No one ever mentions the impact that windmills have on wildlife. They kill birds by the tens of thousands every year. You'll find hundreds of dead birds at the bottom of most windmills.


Unfounded?

I donít think this is the case. Letís see you post proof of this.

Going into Michiganís UP from the lower part of the state there is 2 very big (like 150 ft wing span) wind generators. I spend a lot of time in this area and I have never heard of lots of birds lying dead at the base of these generators. If you watch them, they donít spin that fast (yes I have watched them while waiting to get across the bridge and from time spent in the area) , the birds could easily see and avoid the blades. They donít spin like a fan. I would guess 1 revolution every 20 seconds. They generate power, not from high speed but through a transmission (like in a car) that speeds up the slow speed to something the generator can use.










Are you saying that whenever a developer thinks he can make a profit with wind power, it should automatically be allowed? I think that is absurd, especially since the federal government pretty much guarantees a profit.

All Iím saying is we as a people like energy, itís the force that drives our world. It has to come from someplace. If you want a greener planet we have to develop energy sources other then fossil fuel. It seems you donít want any of these projects built around you.

By the way, No profit is really being made, if the government takes money from all of us (itís called taxes) and gives it to him. We become a sugar daddy with deep pockets, but itís not real profit, itís a government give away program. Germany does a lot of government subsidized programs for solar electricity. While itís not commercially profitable yet, they have hopes that by subsidizing solar energy production. Prices for solar energy production will come down as more people get into this field. And that it will become profitable without the government having to support it.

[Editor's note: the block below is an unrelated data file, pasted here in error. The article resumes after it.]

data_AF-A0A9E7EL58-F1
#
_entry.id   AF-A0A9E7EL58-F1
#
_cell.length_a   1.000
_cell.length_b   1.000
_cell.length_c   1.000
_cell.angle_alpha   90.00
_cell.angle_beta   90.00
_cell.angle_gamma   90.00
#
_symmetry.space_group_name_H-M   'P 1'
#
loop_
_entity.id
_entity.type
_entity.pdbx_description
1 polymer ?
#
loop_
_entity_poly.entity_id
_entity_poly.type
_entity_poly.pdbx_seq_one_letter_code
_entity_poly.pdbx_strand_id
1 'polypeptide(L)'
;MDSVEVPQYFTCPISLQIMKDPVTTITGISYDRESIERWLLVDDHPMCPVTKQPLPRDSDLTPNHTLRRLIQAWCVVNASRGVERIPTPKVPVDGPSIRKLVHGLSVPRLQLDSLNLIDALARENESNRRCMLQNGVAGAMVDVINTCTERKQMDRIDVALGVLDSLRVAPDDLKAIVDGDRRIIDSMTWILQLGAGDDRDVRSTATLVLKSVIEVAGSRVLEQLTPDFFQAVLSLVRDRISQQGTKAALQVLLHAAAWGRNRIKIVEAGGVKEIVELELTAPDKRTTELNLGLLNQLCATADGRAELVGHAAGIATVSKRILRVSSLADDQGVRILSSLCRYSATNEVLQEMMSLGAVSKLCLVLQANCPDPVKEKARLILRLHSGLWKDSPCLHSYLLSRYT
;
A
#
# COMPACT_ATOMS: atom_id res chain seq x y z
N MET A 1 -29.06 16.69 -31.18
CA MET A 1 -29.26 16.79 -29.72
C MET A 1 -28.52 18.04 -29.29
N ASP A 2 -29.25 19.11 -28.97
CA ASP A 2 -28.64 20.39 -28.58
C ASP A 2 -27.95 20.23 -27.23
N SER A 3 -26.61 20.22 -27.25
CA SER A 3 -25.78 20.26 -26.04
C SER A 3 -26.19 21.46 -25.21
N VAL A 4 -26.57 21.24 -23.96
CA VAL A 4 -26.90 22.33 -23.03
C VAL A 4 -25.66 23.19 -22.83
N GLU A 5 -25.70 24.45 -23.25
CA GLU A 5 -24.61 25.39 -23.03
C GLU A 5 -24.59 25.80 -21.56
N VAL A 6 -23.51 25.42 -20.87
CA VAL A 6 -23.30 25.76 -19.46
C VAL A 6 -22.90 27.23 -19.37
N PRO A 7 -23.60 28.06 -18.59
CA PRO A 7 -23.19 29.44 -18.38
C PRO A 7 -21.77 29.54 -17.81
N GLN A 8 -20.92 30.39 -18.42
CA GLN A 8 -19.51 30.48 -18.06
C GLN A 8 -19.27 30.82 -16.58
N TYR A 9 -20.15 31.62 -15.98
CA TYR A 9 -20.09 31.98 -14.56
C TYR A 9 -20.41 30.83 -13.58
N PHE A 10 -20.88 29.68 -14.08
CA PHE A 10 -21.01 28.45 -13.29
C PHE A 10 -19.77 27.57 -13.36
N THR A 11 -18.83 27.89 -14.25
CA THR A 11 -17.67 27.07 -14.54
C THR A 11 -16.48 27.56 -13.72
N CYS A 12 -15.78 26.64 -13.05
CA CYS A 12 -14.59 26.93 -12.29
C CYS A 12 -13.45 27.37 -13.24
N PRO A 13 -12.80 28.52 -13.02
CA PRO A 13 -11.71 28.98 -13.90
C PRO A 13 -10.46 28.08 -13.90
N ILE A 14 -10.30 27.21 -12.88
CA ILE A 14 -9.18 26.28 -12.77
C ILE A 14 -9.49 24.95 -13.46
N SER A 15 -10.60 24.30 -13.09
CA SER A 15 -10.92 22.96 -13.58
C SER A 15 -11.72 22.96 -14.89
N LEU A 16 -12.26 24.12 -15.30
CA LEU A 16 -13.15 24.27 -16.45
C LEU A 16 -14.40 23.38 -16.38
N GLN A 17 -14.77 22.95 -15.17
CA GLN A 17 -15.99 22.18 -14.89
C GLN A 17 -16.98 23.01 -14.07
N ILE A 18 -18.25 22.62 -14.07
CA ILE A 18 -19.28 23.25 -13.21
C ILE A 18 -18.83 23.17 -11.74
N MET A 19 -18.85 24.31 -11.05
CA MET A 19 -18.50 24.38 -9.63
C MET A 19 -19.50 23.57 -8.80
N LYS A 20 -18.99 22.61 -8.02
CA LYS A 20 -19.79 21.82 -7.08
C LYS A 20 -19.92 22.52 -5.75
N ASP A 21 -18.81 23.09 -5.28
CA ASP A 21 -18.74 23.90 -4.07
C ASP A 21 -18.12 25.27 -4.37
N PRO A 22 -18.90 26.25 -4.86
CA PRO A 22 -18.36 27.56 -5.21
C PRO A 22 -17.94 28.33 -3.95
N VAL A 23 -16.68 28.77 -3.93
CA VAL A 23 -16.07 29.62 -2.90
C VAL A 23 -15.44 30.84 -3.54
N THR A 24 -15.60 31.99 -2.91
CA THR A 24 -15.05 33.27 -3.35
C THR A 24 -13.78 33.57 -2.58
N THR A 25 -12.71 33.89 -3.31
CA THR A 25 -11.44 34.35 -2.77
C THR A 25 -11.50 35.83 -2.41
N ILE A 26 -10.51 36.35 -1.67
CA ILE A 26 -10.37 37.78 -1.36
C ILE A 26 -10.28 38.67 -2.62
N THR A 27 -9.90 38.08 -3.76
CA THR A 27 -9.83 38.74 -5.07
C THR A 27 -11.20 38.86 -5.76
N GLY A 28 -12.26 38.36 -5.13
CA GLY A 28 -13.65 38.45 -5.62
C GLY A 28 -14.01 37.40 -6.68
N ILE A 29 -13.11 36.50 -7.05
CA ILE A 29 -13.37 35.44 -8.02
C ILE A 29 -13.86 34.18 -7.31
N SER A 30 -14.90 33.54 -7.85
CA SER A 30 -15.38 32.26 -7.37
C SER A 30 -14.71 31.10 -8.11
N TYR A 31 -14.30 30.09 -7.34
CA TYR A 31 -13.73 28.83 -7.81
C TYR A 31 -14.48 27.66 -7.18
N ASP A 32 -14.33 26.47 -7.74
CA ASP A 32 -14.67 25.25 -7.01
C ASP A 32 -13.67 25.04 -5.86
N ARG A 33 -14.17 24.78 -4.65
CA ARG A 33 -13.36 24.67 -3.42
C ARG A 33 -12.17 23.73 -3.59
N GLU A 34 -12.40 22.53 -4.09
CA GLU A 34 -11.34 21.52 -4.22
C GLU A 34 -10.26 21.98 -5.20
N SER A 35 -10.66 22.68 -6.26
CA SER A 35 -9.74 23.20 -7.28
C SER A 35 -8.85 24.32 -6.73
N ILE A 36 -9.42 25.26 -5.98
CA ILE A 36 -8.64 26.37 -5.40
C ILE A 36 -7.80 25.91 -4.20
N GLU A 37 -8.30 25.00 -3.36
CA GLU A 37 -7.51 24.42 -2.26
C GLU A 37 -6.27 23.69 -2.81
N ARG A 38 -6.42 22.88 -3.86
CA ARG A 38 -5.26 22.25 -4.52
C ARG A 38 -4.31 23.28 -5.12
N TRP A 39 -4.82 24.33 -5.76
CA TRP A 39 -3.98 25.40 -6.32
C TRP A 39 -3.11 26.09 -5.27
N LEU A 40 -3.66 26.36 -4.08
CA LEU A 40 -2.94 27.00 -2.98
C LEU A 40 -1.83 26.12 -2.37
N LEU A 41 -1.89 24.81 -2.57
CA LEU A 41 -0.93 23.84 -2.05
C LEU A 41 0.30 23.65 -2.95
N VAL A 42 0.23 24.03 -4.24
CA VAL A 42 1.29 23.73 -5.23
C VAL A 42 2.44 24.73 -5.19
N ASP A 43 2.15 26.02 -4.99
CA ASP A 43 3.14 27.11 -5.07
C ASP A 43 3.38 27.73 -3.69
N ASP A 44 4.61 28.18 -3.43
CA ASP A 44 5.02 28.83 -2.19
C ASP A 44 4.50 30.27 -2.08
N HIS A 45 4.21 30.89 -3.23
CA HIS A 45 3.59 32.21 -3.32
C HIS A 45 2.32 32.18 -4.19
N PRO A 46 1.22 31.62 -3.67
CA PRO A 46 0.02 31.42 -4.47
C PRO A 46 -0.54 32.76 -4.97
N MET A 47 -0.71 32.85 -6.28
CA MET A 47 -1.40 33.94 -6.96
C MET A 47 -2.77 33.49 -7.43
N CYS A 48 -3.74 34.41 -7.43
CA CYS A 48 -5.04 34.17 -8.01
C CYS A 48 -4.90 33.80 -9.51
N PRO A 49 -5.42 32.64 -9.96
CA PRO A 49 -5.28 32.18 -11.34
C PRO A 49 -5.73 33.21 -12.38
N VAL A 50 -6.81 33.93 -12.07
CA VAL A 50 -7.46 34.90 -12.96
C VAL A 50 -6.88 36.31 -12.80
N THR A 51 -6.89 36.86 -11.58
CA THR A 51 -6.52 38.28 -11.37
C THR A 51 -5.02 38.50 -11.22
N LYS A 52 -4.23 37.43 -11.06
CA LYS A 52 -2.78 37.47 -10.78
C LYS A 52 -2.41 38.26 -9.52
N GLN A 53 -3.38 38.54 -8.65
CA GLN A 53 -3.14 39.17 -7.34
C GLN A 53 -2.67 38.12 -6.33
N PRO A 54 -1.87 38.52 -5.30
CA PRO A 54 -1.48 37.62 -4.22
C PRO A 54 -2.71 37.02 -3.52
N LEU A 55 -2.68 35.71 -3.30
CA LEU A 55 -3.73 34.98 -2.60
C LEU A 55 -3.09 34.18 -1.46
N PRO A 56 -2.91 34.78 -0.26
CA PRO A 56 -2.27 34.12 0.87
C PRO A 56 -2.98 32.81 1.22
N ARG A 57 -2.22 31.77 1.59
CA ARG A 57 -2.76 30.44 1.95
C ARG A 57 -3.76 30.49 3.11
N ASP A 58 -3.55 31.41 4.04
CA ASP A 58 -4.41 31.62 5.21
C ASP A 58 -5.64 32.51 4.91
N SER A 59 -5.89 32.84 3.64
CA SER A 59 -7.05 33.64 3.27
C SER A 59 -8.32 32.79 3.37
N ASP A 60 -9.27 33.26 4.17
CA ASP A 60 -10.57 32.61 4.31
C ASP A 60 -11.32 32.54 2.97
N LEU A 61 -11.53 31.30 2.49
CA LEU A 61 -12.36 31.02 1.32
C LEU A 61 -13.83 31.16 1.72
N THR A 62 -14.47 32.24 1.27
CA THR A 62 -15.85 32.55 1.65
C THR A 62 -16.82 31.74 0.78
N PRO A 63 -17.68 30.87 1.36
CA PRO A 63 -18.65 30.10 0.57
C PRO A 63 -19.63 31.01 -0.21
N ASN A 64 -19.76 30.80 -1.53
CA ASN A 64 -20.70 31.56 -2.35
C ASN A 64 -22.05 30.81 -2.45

Had the project been approved the developer would have earned tax credits he could apply to reduce the cost of his next coal plant.

Unless he said he was going to take the money to build more coal plants you canít say that other then to diss the wind project you donít like. Who says he would not build more wind farms with the government money? I donít think you know any more then I do, and I donít know.




Tell me how do you think we should get alternative energy going? It seems clear you donít want wind power to be used, or is it you donít want it used around you, but you are OK with it as long as you donít have to see it? In order for it to work, they have to be put someplace, in your state is as good as mine or anyplace else.

All the green talk is great, but it seems to only be great when it doesnít spoil your view. One could easily come to the conclusion that pro-green people are less then honest in their green views when they fight and shoot down projects like this.

Sly
01-14-2008, 18:16
My sore spot. Martha's needs a wind farm. Say visible from ted's finger floats.


Your sore spot is endangering off Cape & Islands fishing grounds, Cape & Vineyard fishermen and to get back at Ted K? Odd.... :rolleyes:

peakbagger
01-14-2008, 18:37
FYI, there is a 100 MW windfarm being permitted for Northern NH in the Phillips Brook Area (North of the Whites), NH has a lot easier permitting and doesnt have LURC so they expect that the farm will be going in late 2008 or early 2009. There is an additional 150MW farm proposed by the same developer once the transmisssion system to Northern NH is upgraded.

neighbor dave
01-14-2008, 18:46
FYI, there is a 100 MW windfarm being permitted for Northern NH in the Phillips Brook Area (North of the Whites), NH has a lot easier permitting and doesnt have LURC so they expect that the farm will be going in late 2008 or early 2009. There is an additional 150MW farm proposed by the same developer once the transmisssion system to Northern NH is upgraded.